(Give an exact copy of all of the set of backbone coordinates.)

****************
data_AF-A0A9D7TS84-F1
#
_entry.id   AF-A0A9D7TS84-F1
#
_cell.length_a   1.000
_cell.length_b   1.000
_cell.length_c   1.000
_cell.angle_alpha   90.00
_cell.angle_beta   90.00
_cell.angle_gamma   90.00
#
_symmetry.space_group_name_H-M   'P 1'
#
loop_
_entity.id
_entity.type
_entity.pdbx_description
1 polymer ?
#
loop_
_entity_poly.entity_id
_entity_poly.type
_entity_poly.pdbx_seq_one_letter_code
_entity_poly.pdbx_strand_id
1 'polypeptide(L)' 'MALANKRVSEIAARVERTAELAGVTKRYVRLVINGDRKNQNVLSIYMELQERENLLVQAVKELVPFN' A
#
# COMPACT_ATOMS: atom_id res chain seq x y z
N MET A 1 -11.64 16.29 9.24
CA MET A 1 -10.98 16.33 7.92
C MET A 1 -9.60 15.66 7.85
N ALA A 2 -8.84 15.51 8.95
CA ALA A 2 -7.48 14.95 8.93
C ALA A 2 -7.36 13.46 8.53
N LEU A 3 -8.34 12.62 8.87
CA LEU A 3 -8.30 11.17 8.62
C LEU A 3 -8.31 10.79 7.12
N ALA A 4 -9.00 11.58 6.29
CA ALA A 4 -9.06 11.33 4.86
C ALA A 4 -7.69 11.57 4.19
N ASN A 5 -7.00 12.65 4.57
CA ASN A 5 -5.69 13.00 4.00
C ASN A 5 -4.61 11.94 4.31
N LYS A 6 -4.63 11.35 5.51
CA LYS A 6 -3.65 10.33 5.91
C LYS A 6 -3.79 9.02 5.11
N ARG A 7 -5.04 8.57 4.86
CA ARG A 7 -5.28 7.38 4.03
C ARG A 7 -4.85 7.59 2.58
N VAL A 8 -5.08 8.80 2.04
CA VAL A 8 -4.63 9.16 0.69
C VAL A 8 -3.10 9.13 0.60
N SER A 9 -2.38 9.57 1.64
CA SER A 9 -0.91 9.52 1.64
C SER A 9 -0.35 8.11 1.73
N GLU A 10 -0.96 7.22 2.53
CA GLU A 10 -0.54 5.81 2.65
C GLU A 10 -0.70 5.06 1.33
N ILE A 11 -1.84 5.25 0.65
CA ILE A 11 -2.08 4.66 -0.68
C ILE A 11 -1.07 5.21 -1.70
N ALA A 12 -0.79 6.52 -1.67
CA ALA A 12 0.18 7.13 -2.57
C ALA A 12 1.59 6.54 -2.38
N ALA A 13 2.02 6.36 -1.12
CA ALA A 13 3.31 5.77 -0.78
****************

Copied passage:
data_AF-A0A9D7TS84-F1
#
_entry.id   AF-A0A9D7TS84-F1
#
_cell.length_a   1.000
_cell.length_b   1.000
_cell.length_c   1.000
_cell.angle_alpha   90.00
_cell.angle_beta   90.00
_cell.angle_gamma   90.00
#
_symmetry.space_group_name_H-M   'P 1'
#
loop_
_entity.id
_entity.type
_entity.pdbx_description
1 polymer ?
#
loop_
_entity_poly.entity_id
_entity_poly.type
_entity_poly.pdbx_seq_one_letter_code
_entity_poly.pdbx_strand_id
1 'polypeptide(L)' 'MALANKRVSEIAARVERTAELAGVTKRYVRLVINGDRKNQNVLSIYMELQERENLLVQAVKELVPFN' A
#
# COMPACT_ATOMS: atom_id res chain seq x y z
N MET A 1 -11.64 16.29 9.24
CA MET A 1 -10.98 16.33 7.92
C MET A 1 -9.60 15.66 7.85
N ALA A 2 -8.84 15.51 8.95
CA ALA A 2 -7.48 14.95 8.93
C ALA A 2 -7.36 13.46 8.53
N LEU A 3 -8.34 12.62 8.87
CA LEU A 3 -8.30 11.17 8.62
C LEU A 3 -8.31 10.79 7.12
N ALA A 4 -9.00 11.58 6.29
CA ALA A 4 -9.06 11.33 4.86
C ALA A 4 -7.69 11.57 4.19
N ASN A 5 -7.00 12.65 4.57
CA ASN A 5 -5.69 13.00 4.00
C ASN A 5 -4.61 11.94 4.31
N LYS A 6 -4.63 11.35 5.51
CA LYS A 6 -3.65 10.33 5.91
C LYS A 6 -3.79 9.02 5.11
N ARG A 7 -5.04 8.57 4.86
CA ARG A 7 -5.28 7.38 4.03
C ARG A 7 -4.85 7.59 2.58
N VAL A 8 -5.08 8.80 2.04
CA VAL A 8 -4.63 9.16 0.69
C VAL A 8 -3.10 9.13 0.60
N SER A 9 -2.38 9.57 1.64
CA SER A 9 -0.91 9.52 1.64
C SER A 9 -0.35 8.11 1.73
N GLU A 10 -0.96 7.22 2.53
CA GLU A 10 -0.54 5.81 2.65
C GLU A 10 -0.70 5.06 1.33
N ILE A 11 -1.84 5.25 0.65
CA ILE A 11 -2.08 4.66 -0.68
C ILE A 11 -1.07 5.21 -1.70
N ALA A 12 -0.79 6.52 -1.67
CA ALA A 12 0.18 7.13 -2.57
C ALA A 12 1.59 6.54 -2.38
N ALA A 13 2.02 6.36 -1.12
CA ALA A 13 3.31 5.77 -0.78